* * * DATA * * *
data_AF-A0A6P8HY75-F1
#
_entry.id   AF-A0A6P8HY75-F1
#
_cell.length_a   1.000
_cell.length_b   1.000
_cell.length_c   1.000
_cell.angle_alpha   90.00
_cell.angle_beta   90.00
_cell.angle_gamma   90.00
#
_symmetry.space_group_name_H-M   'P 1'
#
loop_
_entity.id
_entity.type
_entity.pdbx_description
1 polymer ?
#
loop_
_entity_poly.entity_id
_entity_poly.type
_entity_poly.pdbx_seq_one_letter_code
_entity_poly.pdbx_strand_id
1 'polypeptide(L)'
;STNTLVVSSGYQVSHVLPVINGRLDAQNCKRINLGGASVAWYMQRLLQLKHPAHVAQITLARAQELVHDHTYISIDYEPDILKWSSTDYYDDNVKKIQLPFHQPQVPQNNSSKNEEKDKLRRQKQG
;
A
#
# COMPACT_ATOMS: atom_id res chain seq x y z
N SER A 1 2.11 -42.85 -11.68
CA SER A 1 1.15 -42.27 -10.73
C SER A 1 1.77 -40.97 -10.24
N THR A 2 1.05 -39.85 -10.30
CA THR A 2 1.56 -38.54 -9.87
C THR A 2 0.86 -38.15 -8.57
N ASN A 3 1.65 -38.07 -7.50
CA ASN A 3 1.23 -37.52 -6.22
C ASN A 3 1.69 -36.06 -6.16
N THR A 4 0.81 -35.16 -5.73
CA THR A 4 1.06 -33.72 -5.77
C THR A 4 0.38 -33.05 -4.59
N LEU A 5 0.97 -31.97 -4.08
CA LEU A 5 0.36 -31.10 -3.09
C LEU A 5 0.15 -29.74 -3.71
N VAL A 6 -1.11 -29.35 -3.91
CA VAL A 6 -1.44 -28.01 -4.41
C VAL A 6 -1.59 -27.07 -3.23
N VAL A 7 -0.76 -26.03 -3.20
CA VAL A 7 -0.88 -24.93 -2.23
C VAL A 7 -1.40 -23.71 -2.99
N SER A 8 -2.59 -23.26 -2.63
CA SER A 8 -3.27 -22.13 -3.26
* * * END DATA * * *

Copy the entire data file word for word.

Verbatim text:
data_AF-A0A6P8HY75-F1
#
_entry.id   AF-A0A6P8HY75-F1
#
_cell.length_a   1.000
_cell.length_b   1.000
_cell.length_c   1.000
_cell.angle_alpha   90.00
_cell.angle_beta   90.00
_cell.angle_gamma   90.00
#
_symmetry.space_group_name_H-M   'P 1'
#
loop_
_entity.id
_entity.type
_entity.pdbx_description
1 polymer ?
#
loop_
_entity_poly.entity_id
_entity_poly.type
_entity_poly.pdbx_seq_one_letter_code
_entity_poly.pdbx_strand_id
1 'polypeptide(L)'
;STNTLVVSSGYQVSHVLPVINGRLDAQNCKRINLGGASVAWYMQRLLQLKHPAHVAQITLARAQELVHDHTYISIDYEPDILKWSSTDYYDDNVKKIQLPFHQPQVPQNNSSKNEEKDKLRRQKQG
;
A
#
# COMPACT_ATOMS: atom_id res chain seq x y z
N SER A 1 2.11 -42.85 -11.68
CA SER A 1 1.15 -42.27 -10.73
C SER A 1 1.77 -40.97 -10.24
N THR A 2 1.05 -39.85 -10.30
CA THR A 2 1.56 -38.54 -9.87
C THR A 2 0.86 -38.15 -8.57
N ASN A 3 1.65 -38.07 -7.50
CA ASN A 3 1.23 -37.52 -6.22
C ASN A 3 1.69 -36.06 -6.16
N THR A 4 0.81 -35.16 -5.73
CA THR A 4 1.06 -33.72 -5.77
C THR A 4 0.38 -33.05 -4.59
N LEU A 5 0.97 -31.97 -4.08
CA LEU A 5 0.36 -31.10 -3.09
C LEU A 5 0.15 -29.74 -3.71
N VAL A 6 -1.11 -29.35 -3.91
CA VAL A 6 -1.44 -28.01 -4.41
C VAL A 6 -1.59 -27.07 -3.23
N VAL A 7 -0.76 -26.03 -3.20
CA VAL A 7 -0.88 -24.93 -2.23
C VAL A 7 -1.40 -23.71 -2.99
N SER A 8 -2.59 -23.26 -2.63
CA SER A 8 -3.27 -22.13 -3.26